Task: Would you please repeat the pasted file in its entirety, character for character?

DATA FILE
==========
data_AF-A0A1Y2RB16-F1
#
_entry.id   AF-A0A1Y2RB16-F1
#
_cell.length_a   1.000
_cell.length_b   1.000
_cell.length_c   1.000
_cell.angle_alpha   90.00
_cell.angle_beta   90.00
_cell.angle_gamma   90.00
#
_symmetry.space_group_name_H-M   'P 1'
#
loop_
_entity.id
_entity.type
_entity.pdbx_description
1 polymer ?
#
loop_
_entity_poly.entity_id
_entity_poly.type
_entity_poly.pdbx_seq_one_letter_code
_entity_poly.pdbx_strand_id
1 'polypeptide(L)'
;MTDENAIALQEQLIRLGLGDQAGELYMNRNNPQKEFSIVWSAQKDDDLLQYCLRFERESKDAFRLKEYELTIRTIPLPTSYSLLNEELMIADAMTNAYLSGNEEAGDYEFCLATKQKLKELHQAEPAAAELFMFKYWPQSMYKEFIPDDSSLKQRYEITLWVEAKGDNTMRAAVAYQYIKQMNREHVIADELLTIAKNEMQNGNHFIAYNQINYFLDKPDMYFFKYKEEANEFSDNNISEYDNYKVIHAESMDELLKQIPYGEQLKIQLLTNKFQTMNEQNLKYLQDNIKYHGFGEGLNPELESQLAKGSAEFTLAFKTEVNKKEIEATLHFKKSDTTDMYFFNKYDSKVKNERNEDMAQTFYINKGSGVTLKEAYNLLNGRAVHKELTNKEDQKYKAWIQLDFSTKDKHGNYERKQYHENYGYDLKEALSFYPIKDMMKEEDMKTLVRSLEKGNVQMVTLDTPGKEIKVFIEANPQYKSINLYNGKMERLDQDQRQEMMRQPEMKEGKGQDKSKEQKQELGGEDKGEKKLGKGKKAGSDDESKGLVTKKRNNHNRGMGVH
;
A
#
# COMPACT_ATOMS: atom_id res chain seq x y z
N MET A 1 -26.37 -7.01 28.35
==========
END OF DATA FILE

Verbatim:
data_AF-A0A1Y2RB16-F1
#
_entry.id   AF-A0A1Y2RB16-F1
#
_cell.length_a   1.000
_cell.length_b   1.000
_cell.length_c   1.000
_cell.angle_alpha   90.00
_cell.angle_beta   90.00
_cell.angle_gamma   90.00
#
_symmetry.space_group_name_H-M   'P 1'
#
loop_
_entity.id
_entity.type
_entity.pdbx_description
1 polymer ?
#
loop_
_entity_poly.entity_id
_entity_poly.type
_entity_poly.pdbx_seq_one_letter_code
_entity_poly.pdbx_strand_id
1 'polypeptide(L)'
;MTDENAIALQEQLIRLGLGDQAGELYMNRNNPQKEFSIVWSAQKDDDLLQYCLRFERESKDAFRLKEYELTIRTIPLPTSYSLLNEELMIADAMTNAYLSGNEEAGDYEFCLATKQKLKELHQAEPAAAELFMFKYWPQSMYKEFIPDDSSLKQRYEITLWVEAKGDNTMRAAVAYQYIKQMNREHVIADELLTIAKNEMQNGNHFIAYNQINYFLDKPDMYFFKYKEEANEFSDNNISEYDNYKVIHAESMDELLKQIPYGEQLKIQLLTNKFQTMNEQNLKYLQDNIKYHGFGEGLNPELESQLAKGSAEFTLAFKTEVNKKEIEATLHFKKSDTTDMYFFNKYDSKVKNERNEDMAQTFYINKGSGVTLKEAYNLLNGRAVHKELTNKEDQKYKAWIQLDFSTKDKHGNYERKQYHENYGYDLKEALSFYPIKDMMKEEDMKTLVRSLEKGNVQMVTLDTPGKEIKVFIEANPQYKSINLYNGKMERLDQDQRQEMMRQPEMKEGKGQDKSKEQKQELGGEDKGEKKLGKGKKAGSDDESKGLVTKKRNNHNRGMGVH
;
A
#
# COMPACT_ATOMS: atom_id res chain seq x y z
N MET A 1 -26.37 -7.01 28.35